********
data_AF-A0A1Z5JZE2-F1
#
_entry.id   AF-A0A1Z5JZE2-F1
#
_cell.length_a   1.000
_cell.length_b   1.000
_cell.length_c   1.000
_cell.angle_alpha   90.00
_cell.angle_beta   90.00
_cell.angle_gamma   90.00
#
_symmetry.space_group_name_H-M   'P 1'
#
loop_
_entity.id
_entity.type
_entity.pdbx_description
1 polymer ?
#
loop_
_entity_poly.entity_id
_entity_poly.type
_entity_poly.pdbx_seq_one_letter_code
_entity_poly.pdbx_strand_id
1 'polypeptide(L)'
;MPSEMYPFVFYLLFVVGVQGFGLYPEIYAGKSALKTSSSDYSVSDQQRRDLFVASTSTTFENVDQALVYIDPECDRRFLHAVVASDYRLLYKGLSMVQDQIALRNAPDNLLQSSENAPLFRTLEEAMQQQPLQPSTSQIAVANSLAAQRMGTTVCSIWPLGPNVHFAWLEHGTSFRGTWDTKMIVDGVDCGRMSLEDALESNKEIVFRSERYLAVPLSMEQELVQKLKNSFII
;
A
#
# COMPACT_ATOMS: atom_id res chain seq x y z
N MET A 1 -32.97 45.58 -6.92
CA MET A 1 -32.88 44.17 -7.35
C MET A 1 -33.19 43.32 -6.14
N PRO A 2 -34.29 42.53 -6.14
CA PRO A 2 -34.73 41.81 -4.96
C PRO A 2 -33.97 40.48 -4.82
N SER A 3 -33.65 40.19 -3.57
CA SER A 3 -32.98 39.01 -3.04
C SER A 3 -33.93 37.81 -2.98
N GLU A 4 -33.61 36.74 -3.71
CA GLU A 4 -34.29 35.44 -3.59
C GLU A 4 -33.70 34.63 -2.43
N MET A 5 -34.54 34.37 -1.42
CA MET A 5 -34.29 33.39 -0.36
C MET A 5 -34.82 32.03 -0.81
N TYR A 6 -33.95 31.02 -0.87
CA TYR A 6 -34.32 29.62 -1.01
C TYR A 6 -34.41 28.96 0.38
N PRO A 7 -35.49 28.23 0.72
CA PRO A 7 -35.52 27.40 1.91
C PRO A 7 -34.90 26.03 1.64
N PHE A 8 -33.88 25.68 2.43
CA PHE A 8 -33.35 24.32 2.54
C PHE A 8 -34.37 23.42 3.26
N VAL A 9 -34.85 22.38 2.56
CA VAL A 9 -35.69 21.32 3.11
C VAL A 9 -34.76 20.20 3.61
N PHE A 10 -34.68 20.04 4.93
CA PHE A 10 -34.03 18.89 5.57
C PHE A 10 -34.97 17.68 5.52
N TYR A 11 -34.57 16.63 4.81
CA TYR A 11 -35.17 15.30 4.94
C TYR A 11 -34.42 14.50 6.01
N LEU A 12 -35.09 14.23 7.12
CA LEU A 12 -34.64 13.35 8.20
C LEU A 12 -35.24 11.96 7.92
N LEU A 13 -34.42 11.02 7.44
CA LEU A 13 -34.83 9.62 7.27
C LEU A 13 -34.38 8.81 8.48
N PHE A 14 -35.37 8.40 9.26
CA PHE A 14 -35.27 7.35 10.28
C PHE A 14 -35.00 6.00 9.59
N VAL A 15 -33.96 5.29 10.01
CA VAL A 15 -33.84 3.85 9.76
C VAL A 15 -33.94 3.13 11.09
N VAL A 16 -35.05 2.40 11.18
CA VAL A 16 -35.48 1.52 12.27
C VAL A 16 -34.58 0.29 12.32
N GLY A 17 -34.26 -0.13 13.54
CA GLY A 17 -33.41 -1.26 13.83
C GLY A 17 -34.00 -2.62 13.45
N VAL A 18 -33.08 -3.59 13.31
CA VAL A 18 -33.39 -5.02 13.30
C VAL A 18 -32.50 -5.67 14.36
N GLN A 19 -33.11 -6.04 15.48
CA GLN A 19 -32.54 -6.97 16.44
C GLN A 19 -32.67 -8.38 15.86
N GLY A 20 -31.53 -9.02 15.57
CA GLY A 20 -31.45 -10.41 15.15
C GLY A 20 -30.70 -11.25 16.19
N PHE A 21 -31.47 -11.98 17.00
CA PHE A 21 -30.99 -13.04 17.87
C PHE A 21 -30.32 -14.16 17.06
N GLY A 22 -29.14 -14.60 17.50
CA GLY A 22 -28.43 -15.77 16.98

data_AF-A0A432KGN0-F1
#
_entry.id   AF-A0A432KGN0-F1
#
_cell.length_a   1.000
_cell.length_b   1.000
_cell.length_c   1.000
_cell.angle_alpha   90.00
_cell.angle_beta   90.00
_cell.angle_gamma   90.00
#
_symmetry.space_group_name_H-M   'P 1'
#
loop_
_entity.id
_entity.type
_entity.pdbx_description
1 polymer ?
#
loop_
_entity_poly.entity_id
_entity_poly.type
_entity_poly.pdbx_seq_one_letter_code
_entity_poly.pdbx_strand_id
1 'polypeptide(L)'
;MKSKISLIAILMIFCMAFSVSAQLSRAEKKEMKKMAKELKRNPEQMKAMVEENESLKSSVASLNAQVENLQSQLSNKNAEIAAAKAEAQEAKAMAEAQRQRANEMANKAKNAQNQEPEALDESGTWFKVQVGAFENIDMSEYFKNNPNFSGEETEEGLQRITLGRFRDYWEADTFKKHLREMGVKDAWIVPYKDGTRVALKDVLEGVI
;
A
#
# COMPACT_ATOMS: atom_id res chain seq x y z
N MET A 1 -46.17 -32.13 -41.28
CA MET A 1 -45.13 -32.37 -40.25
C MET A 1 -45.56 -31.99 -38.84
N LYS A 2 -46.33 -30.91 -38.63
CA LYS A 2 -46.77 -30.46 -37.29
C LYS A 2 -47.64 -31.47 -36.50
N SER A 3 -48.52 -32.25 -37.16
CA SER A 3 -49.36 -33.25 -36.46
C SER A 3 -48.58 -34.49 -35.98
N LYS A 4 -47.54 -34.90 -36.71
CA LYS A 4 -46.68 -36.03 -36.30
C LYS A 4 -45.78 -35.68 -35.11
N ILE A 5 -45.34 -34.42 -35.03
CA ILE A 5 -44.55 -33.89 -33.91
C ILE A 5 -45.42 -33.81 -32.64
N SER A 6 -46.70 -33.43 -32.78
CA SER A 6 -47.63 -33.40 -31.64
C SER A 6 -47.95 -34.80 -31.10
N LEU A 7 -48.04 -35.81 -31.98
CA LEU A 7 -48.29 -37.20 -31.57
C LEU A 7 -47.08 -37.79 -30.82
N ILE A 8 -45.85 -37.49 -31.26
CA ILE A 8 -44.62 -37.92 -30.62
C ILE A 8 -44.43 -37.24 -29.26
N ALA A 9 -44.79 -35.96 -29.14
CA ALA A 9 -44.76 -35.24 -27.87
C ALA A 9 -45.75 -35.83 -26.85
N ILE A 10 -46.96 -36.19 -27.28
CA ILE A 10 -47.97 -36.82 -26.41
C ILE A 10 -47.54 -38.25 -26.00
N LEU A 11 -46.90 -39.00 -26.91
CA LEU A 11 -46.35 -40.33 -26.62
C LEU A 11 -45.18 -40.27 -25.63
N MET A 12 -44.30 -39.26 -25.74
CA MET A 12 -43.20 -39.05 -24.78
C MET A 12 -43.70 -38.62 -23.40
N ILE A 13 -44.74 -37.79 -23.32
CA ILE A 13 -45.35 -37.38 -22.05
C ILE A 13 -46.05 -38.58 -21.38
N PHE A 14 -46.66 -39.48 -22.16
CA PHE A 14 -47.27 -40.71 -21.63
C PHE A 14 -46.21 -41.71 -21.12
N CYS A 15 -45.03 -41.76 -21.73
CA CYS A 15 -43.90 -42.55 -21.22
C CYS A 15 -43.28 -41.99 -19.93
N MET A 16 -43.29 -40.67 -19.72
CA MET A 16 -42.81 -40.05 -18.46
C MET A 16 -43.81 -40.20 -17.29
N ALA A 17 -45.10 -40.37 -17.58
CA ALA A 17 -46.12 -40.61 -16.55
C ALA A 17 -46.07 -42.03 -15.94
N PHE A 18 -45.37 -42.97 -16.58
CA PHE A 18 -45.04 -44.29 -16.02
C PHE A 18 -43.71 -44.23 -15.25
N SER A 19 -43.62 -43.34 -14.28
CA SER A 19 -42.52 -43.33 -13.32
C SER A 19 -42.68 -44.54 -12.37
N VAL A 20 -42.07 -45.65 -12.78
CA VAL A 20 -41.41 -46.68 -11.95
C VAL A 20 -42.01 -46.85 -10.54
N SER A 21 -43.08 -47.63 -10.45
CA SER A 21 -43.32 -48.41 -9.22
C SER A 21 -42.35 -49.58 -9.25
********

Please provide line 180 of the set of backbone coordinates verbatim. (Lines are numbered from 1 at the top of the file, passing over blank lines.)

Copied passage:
N SER A 19 -43.62 -43.34 -14.28